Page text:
The costumes that wrestlers wear during matches is generally referred to as their “gear.” Wrestling gear itself can be used to tell stories, with wrestlers choosing particular motifs with symbolic importance, or using colors to represent particular things. Wrestling gear, like moves, sometimes references other wrestlers. Wrestlers will often debut new gear at important moments in their career, or bring back old gear when they’re trying to make a particular point.
All of these things provide the basic building blocks of wrestling storytelling. The decisions that wrestlers make during their matches give us a lot of insight into who the characters are. Some of them are cruel, while others are more mischievous. Some are powerful and overconfident, and some are well-intentioned but naive and inexperienced. Even without hearing any of the wrestlers talk, just by watching them wrestle, you can generally get an idea of their personality.
If you want to see an example of how all of this comes together, here’s a very in-depth essay on the storytelling of one match, which ties into the story talked about in the essay linked above.
Many promotions also have post-match and/or pre-match interviews with the wrestlers, where they have a space to comment on their match, their opponent, or on literally whatever they want to talk about at the time (Kenta, a NJPW wrestler, managed to turn some of his post-match comments into an otome game where he was romancing the camera operator). These interviews often aren’t shown in the venues (except for sometimes the very last interview after the main event) or included in the video uploads of the shows, but might be uploaded separately, and can sometimes be found in places like youtube or twitter.
The post-match interviews are optional, but they’re very important for establishing the characters’ motivation at the time, which helps make the matches a lot more meaningful. If you follow a promotion over a longer period of time and watch all or most of the matches and watch (or read) the post-match comments alongside them, you will see the characters shift and develop over time. Significant developments, like a character turning heel, will often be foreshadowed in the post-match comments.
Storylines are also built through press conferences and longer interviews with the wrestlers, as well as informal interactions between the wrestlers on twitter. All of these things tend to be optional to read or watch, but can be very entertaining and make the stories more compelling.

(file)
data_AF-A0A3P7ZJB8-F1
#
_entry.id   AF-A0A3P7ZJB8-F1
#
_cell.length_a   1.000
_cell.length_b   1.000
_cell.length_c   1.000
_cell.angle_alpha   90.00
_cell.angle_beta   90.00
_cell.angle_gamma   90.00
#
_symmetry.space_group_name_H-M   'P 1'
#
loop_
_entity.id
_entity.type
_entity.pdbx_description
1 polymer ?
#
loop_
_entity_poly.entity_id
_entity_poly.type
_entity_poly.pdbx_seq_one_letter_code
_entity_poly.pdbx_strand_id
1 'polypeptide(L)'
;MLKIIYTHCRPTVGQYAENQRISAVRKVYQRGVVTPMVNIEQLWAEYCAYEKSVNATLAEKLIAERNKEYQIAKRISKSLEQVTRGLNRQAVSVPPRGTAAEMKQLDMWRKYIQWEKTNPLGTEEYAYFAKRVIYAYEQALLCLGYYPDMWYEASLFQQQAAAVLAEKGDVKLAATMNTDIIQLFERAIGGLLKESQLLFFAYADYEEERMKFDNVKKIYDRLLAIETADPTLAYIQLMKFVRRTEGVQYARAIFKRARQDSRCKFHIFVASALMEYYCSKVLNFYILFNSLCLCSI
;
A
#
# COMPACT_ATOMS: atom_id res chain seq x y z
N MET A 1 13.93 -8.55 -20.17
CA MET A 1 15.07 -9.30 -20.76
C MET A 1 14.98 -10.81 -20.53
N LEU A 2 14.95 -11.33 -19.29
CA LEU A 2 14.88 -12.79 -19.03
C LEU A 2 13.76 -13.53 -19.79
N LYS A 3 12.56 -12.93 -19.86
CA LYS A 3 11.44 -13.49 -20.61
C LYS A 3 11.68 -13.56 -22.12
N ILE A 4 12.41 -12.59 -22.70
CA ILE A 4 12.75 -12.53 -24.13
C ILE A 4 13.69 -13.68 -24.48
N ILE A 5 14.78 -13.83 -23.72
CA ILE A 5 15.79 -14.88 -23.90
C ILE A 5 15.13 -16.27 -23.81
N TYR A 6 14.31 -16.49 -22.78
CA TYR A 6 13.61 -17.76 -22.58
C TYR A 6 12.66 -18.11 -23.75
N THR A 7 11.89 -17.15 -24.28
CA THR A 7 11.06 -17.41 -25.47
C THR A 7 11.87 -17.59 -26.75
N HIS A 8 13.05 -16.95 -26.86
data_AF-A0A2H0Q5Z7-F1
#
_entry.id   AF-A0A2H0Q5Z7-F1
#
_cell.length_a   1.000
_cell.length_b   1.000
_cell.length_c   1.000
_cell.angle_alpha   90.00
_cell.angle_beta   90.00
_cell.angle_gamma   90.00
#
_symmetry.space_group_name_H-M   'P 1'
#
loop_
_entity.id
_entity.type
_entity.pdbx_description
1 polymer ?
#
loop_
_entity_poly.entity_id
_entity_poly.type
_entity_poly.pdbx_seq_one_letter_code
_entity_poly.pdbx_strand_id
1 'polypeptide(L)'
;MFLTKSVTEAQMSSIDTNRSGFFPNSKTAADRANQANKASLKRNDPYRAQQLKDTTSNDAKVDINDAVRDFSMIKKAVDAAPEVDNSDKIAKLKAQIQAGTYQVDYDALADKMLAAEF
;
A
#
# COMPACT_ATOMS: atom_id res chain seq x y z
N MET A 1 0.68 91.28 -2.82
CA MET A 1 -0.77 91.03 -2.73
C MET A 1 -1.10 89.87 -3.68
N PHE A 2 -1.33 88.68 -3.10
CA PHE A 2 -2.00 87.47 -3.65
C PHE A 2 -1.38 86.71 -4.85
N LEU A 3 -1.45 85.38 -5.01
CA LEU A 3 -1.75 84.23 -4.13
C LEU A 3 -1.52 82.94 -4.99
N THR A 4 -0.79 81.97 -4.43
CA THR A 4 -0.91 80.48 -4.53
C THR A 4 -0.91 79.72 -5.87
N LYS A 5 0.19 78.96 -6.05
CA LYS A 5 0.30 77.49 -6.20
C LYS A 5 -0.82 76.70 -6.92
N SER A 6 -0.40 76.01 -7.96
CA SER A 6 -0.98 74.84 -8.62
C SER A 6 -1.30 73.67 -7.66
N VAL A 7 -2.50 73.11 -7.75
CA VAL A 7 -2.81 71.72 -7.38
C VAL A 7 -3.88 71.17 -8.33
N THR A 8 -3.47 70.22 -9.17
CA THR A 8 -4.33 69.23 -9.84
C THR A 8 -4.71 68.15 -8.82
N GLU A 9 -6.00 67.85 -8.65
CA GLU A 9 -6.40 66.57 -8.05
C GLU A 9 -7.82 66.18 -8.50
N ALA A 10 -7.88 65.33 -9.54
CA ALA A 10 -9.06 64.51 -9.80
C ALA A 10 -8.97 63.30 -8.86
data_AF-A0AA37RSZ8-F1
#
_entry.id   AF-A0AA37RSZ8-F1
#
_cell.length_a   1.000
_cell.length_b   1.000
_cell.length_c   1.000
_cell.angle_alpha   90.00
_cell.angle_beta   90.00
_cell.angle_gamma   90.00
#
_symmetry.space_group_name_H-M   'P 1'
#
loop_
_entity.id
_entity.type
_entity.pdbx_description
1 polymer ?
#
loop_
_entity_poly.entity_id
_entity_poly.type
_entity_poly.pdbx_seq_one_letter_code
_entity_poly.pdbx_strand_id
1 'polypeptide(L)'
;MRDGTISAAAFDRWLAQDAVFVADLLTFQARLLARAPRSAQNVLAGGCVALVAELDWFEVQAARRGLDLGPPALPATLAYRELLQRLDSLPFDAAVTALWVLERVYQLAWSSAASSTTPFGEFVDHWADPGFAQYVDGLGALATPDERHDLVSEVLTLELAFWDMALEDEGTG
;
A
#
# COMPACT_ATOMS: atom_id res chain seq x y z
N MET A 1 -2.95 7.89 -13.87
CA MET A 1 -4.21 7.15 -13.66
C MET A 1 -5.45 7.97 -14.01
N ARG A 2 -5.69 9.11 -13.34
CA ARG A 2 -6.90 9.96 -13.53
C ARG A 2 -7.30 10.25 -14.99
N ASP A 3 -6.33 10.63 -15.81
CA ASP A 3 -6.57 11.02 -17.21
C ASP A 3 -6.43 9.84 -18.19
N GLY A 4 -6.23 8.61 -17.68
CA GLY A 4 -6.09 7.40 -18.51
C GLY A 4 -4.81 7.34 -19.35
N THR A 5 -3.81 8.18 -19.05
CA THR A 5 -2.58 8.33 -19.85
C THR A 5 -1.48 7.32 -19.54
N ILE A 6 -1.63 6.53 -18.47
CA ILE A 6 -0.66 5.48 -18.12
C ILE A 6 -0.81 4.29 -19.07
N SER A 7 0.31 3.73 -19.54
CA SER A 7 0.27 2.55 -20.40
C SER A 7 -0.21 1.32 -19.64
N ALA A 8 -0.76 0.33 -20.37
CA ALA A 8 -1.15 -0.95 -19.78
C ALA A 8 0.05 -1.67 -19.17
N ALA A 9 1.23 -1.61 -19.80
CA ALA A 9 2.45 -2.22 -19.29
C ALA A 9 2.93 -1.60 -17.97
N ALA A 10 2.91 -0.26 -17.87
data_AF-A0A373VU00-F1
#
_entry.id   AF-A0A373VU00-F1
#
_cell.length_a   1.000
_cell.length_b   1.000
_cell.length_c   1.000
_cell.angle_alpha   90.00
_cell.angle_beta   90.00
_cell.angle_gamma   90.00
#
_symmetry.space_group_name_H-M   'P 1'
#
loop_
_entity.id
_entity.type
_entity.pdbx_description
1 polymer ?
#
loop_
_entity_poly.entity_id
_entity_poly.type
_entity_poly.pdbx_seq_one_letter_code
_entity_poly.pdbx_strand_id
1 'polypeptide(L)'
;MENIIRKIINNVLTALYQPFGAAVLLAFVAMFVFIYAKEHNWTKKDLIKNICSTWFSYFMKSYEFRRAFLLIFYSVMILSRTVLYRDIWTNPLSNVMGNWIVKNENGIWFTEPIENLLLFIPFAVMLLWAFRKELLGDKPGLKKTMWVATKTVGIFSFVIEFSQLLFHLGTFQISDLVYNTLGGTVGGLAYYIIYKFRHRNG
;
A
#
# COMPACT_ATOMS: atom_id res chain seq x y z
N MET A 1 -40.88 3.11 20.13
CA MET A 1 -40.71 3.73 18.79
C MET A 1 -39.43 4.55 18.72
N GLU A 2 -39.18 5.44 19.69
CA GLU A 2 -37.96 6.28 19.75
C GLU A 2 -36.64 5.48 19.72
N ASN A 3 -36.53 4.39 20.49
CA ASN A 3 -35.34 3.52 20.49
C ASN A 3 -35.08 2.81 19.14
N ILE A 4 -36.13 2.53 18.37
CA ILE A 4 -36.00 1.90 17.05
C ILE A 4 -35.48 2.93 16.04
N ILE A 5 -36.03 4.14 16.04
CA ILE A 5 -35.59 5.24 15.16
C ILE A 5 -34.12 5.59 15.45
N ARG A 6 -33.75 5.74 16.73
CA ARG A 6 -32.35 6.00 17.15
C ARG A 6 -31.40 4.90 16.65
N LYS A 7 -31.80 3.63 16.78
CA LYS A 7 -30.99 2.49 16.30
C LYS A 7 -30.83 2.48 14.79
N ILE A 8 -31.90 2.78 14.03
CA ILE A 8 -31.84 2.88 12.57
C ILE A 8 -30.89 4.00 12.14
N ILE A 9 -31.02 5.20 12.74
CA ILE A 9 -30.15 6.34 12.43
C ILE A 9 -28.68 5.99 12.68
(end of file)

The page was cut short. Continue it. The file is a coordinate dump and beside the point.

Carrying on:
Japanese wrestlers usually keep kayfabe in interviews, and on their twitter accounts, and any place where they appear as a public figure. This means they don’t acknowledge that pro wrestling is scripted, and they stay in character in these settings. Many wrestlers also keep their personal lives private, though occasionally details will get out into the public, often because of some scandal.
It’s very common for Japanese wrestling promotions to have bigger shows spaced throughout the year with a lot of smaller shows in between them where storylines are advanced more gradually, and with less at stake in the matches. If two wrestlers have an upcoming big singles match for a championship belt, for example, the smaller shows will often have preview matches where the wrestlers in the upcoming match face off against each other in tag teams. These shows are typically less dramatic, and the wrestling is often less intense, so some fans choose to skip them and only tune in for the bigger shows. Personally, I really enjoy the smaller shows, because I appreciate seeing the build-up to the big matches, and I love watching how the relationships between the characters develop over time.
Usually title matches (and non-title feuds) have a deep ideological or personal matter at the center of them. The tension between the wrestlers can be caused by personal betrayal or ambition, or it can be caused by something as abstract as ideological differences concerning the direction of the company or concerning pro wrestling in general.
The “why” of the match is really the meat of the storytelling. Why does each wrestler need to win this fight? This is where wrestling grabs you by the heart. Once you become invested in one side winning, the match becomes even more compelling. Triumph becomes even sweeter, and defeat feels devastating. Sometimes it takes many years for a wrestler to finally get the big win that you’ve been waiting for. Sometimes it never happens. As a fan, all you can do is keep hoping.
One last note on プロレス during 2020-2021: the covid-19 pandemic affected pro wrestling just like it affected other sports and performance media. Wrestling for the first couple months of 2020 in Japan was normal, but after the pandemic hit, things changed a lot.
For a chunk of 2020, as well as parts of 2021, the only wrestling shows that were happening were shows filmed without a crowd. This drastically affects the medium! Crowds have traditionally been an extremely vital part of pro wrestling, and it can be hard to watch matches without them. Some promotions did some very experimental matches during this time that would not be possible in normal conditions.
Once crowds were allowed back into venues, the audience was allowed to clap and stomp their feet, but not verbally cheer or boo (since singing and shouting spreads the virus). As of the time of writing, this rule is still in place. The clapping is an improvement upon silence, but the crowd’s inability to cheer and boo means there’s something noticeably missing from the matches. If you watch wrestling from this period and are wondering why the crowds are so subdued, this is why.
Also, I wrote short guide to learning Japanese with a pro wrestling focus! It talks about a bunch of resources and tools that I’ve discovered while learning how to translate wrestling, plus just some general Japanese language learning tips.